Socialist Economics - Learning the lesson
Photo: Marx and Engels statue in Berlin, A. Black
The Development of Socialist Economic Thought
Selected essays by Maurice Dobb
Edited and introduced by Brian Pollitt
At a time of almost unprecedented crisis in the world capitalist system, the publication of these essays could not be more timely. The system has proved itself to be completely bankrupt in every conceivable sense of that word; the need to develop a socialist alternative never more pressing. For socialists of this generation this might appear new but the publication of these essays shows that this is a debate that has been going on for decades.
Maurice Dobb was one of the most influential marxist economists of the 20th century. Born in 1900 he joined the Communist Party in the 1922 and was to remain an influential member until his death in 1976. Educated at Charterhouse School and at Pembroke College, Cambridge he completed his PHD at the London School of Economics. In 1925 he went to work and live in the Soviet Union before returning to Cambridge where he lecturered in economics. For 50 years he was a prolific writer on socialist economics and in this work, Brian Pollitt has selected some of his most influential essays.
The book begins with an overview of his writings. His first major work, Economic Developments since the Revolution (1928) drew on his first hand experience of the soviet economic model and gave him an international reputation. An Introduction to Economics was to follow in 1932 and Political Economy and Capitalism in 1937. In the 1940’s his interest in the history of economics from a Marxist perspective culminated in the publication of Studies in the Development of Capitalism while in 1948 he published Soviet Economic Development since 1917. The 1950’s saw him delivering influential lectures at the Delhi School of Economics (later published as Papers on Capitalism, Development & Planning) and play a key role in the publication of Piero Sraffa’s momumental edition of The Works and Correspondence of David Ricardo. In 1960 he published Economic Growth and Planning and in 1969, two years after retiring he published Welfare Economics and the Economics of Socialism. Theories of Value and Distribution since Adam Smith was published in 1973. The picture that emerges is of an internationally renowned Marxist economist with an impressive range of work of which the above is only an indication.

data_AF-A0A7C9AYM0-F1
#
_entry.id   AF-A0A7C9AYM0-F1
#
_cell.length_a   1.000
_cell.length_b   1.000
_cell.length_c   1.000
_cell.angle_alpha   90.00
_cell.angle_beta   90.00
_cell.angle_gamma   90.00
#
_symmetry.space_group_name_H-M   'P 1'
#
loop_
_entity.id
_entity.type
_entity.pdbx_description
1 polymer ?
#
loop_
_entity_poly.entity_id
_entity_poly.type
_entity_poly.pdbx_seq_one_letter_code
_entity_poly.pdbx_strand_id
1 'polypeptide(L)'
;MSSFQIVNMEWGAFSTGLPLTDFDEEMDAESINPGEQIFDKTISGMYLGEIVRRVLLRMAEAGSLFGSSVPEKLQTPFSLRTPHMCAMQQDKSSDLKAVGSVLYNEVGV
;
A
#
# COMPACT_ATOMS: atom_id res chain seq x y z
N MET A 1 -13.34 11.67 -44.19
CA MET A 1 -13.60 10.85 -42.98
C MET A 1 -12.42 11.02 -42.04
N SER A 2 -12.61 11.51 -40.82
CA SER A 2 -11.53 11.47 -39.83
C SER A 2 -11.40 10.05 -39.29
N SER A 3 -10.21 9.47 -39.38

The first essay featured in the collection is ‘Socialist Thought’ published in 1968. This deals with the development of socialist doctrine beginning with pre-marxist contributions, gives a concise explanation of Marx’s materialist conception of history and looks at the development of socialist thought in the years following the Russian Revolution. This is followed by the lecture, ‘The Centenary of Capital and its Relevance Today’ delivered in 1967 to mark the centenary of the publication of Capital. Then ‘The Discussions of the 1920’s about Building Socialism’ published in 1967 which looked at the debates among soviet economists at that time as they grappled with the uncharted territory of building socialism in the world’s first socialist state. ‘Planning’, published in 1972 looked at the role of planning in both capitalist and socialist economies while ‘Commodity-Production Under Socialism’ published posthumously in 1976 looked particularly at the possible role of the market within a socialist economy.
Maurice Dobb died in 1976 and what he could never have predicted was the collapse of the Soviet Union and the coming to an end of that particular model of socialism. Yet in the ongoing debate on the Left around the ‘soviet experience’ this collection of essays represents an important contribution. The Soviet Union collapsed in part because of the failings in its economic system. Understanding what went wrong with that system helps us develop a better model for socialism. In particular, what happens when a socialist system moves from a state of underdevelopment to a much higher level which was the case with the Soviet Union after about 1950. Here the issue of commodity production, the role of the market and the need to raise material living standards becomes of central importance. At the same time when ‘Keynesianism’ appears to be back in vogue as the major capitalist economies implode this collection gives a useful insight, from a Marxist perspective of the role of state intervention and planning in a capitalist economy. Above all, Maurice Dobb himself emerges as an outstanding Marxist intellectual brought to life in this collection by someone who knew and respected him and who has done an excellent job in bringing this work to a new generation of socialists.